Warhammer Age of Sigmar Kharadron Overlords army (photo by Games Workshop)

Kharadron Overlords tactics and battletome

The Kharadron Overlords battletome was published during Age of Sigmar Second Edition and is supplemented in Broken Realms: Be’lakor. There are some minor errata on the Warhammer Community website that clarify how the rules work in the latest edition.

Kharadron don’t fight for glory or honour; they fight for profit. Infantry units of ten or more models, heroes, and skyvessels carry a share of aether-gold. A unit can spend its share to immediately use a Triumph, but they will suffer from minus one Bravery for the rest of the battle as their spirits fall along with their paycheck.

Broken Realms: Be’lakor added new Triumphs just for your heroes. If a Skyvessel is about to go down in flames with an Endrinmaster on board, why not Blow the Magazine and inflict mortal wounds on the luckless marauders who scuppered your beautiful vessel?

Warhammer Age of Sigmar Kharadron Overlords - Arkanaut Barak-Nar (photo by Games Workshop)

All Kharadron Stick to the Code, but every Sky-port has its own tightly-worded variant made up of an Artycle, Amendment and Footnote that grant their own special rules. The Sky-ports also have a unique faction trait, command trait and relics: the martial Barak-Zon gain bonuses in melee during the first round of combat while the wealthy Barak-Urbaz think nothing of squandering their aether-gold and don’t lose bravery after their share is spent.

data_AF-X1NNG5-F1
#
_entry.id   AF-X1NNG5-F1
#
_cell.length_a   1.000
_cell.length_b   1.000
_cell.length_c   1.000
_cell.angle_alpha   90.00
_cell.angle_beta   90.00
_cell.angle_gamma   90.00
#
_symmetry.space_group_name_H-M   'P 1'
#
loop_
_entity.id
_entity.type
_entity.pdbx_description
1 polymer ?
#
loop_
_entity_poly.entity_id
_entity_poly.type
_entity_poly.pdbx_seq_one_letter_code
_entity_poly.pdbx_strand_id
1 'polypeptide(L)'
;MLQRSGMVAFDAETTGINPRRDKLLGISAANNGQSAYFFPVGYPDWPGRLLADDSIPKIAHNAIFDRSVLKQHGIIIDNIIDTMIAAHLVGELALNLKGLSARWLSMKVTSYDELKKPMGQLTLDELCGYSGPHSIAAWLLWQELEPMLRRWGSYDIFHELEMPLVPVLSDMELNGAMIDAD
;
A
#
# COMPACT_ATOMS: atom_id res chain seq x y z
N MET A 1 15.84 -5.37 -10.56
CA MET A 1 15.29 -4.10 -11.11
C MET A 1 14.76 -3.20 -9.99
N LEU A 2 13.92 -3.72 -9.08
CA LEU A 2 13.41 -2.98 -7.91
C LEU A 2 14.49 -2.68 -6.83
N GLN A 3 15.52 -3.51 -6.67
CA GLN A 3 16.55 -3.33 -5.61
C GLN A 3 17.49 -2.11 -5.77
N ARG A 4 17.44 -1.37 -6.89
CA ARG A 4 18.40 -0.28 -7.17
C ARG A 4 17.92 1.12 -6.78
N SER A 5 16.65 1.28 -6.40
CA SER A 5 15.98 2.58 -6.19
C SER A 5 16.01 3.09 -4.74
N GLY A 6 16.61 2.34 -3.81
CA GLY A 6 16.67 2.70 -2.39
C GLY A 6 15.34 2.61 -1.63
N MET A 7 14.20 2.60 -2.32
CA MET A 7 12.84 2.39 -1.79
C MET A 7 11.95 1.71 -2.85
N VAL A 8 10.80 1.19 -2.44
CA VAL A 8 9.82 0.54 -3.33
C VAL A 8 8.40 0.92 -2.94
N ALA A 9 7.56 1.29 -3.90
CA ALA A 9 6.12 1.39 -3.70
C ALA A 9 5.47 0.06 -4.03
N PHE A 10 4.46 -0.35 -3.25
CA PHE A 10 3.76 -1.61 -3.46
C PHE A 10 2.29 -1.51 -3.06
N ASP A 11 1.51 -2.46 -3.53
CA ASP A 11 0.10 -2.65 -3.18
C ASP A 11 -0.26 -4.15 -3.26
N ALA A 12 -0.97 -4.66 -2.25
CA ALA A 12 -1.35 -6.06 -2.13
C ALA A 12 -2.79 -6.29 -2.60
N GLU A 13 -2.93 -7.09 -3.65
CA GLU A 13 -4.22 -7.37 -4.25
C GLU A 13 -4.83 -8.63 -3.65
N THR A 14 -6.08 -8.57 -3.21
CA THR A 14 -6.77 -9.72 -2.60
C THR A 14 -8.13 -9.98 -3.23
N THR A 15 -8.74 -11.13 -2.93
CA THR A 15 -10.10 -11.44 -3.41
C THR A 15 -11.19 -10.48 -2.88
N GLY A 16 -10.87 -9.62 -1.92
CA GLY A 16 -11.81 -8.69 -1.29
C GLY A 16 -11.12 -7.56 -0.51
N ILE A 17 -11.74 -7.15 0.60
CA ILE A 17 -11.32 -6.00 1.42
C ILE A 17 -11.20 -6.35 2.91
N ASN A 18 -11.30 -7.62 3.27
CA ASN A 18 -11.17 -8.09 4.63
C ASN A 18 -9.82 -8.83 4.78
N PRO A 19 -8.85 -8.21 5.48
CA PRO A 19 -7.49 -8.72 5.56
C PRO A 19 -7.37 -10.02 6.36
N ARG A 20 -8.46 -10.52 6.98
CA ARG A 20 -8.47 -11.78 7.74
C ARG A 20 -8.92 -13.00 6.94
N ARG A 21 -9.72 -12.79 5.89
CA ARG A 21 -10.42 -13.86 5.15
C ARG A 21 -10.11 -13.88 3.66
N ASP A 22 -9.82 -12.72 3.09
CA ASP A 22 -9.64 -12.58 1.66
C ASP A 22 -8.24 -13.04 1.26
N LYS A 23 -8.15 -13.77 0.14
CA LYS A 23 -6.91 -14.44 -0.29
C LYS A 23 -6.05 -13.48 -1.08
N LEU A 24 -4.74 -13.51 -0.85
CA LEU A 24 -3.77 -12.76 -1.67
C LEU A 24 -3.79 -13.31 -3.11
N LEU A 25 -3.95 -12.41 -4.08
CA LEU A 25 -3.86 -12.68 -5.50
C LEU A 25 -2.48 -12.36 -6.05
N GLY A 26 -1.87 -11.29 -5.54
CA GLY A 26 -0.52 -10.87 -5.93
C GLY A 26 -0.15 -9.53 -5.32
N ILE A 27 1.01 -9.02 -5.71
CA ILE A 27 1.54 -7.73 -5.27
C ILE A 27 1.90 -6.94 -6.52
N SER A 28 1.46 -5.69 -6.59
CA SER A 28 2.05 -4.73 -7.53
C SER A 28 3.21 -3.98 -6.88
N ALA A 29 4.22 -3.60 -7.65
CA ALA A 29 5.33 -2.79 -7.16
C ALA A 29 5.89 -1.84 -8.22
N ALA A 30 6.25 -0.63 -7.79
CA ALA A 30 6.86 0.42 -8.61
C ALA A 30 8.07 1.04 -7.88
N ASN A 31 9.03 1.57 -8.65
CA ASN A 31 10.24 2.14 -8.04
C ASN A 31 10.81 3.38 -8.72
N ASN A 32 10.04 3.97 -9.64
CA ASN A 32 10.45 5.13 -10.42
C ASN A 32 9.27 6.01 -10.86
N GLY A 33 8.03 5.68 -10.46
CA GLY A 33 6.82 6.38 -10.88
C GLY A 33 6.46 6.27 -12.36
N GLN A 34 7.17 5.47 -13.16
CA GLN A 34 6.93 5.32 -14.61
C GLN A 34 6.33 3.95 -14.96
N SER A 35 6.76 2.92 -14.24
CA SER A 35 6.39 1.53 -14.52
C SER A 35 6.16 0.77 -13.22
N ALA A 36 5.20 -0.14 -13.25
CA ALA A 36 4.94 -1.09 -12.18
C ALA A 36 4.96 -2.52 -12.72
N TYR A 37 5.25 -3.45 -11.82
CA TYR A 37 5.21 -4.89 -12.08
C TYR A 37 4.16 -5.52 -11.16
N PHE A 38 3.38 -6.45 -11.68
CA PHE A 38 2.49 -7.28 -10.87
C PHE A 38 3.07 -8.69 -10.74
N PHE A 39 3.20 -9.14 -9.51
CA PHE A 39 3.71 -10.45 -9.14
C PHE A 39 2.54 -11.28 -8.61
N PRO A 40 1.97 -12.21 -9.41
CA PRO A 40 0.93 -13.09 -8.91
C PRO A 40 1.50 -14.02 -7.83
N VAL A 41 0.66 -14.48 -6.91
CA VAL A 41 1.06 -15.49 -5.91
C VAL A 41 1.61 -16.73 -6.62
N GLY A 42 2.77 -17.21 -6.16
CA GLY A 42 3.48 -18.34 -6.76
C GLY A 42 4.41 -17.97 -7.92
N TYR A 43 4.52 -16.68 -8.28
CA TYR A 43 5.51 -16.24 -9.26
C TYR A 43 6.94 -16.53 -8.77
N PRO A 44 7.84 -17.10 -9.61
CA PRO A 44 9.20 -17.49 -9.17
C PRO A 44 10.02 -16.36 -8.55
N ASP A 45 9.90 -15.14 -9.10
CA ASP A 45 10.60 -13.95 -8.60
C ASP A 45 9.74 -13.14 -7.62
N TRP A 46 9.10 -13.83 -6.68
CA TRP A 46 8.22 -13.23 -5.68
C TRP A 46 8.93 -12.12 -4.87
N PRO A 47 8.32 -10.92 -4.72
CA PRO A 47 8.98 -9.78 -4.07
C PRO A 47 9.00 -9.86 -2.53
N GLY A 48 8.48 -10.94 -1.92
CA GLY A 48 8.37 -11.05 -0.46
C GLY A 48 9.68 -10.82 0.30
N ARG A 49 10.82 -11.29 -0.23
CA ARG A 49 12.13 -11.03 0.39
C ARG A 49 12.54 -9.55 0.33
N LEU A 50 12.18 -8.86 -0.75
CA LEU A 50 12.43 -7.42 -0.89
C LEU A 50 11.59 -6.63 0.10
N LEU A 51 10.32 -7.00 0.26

Though Kharadron wield some of the best guns in Age of Sigmar, the game favours the blade over the bullet, and you must concentrate your firepower to eliminate enemy units. This becomes more difficult the more of your force is engaged in melee, so Fly High with your Skyvessels to preserve your own forces and redeploy your guns. Dead Duardin can’t spend their aether-gold, so use your shares early; the Inspired triumph grants plus one to wound on all attacks from a unit.

Warhammer Age of Sigmar Kharadron Overlords - Arkanaut Ironclad diving (photo by Games Workshop)

Kharadron Overlords paint schemes

Kharadron armour is inspired by historical diving suits and World War Two flight uniforms, overlayed with baroque aetherpunk machines and dwarven ornamentation. A single model might wear several kinds of metal, fabric, and glasswork, and you could make those a ‘natural’ colour like brown leather or bare metal – or coloured like dyed fabric or painted armour. The scheme must also work on diddy infantry and huge hovering war-boats. The official Games Workshop schemes show several ways to approach this.

Barak-Zilfin infantry have blue-grey canvas suits armoured with bronze plates. Their sky vessels bear the blue-grey on their hulls and the bronze across their endrinworks. Breaking up the large fields of blue-grey on the hull are bands of ochre yellow, which references Pacific theatre aeroplane colours, coheres with the bronze, and adds visual interest. It’s a naturalistic scheme that retains an aetherpunk flare.

Barak-Nar consider themselves first among the Sky-ports and dye their flight suits royal purple and paint their hulls to match. The scheme uses a creamy tan colour for most of the leather and for ornamental panels on vehicles. This keeps the details of leather harnesses legible against the deep purple and references the white kidskin gloves of military officers. Infantry armour plates are a cold steel with ornamentation picked out in gold. This makes your hero choices immediately legible on the table: they’re almost entirely golden.

With thanks to Gonders for his glorious green Gunhauler and HelterSkelter for his rich wood-panelled Ironclad.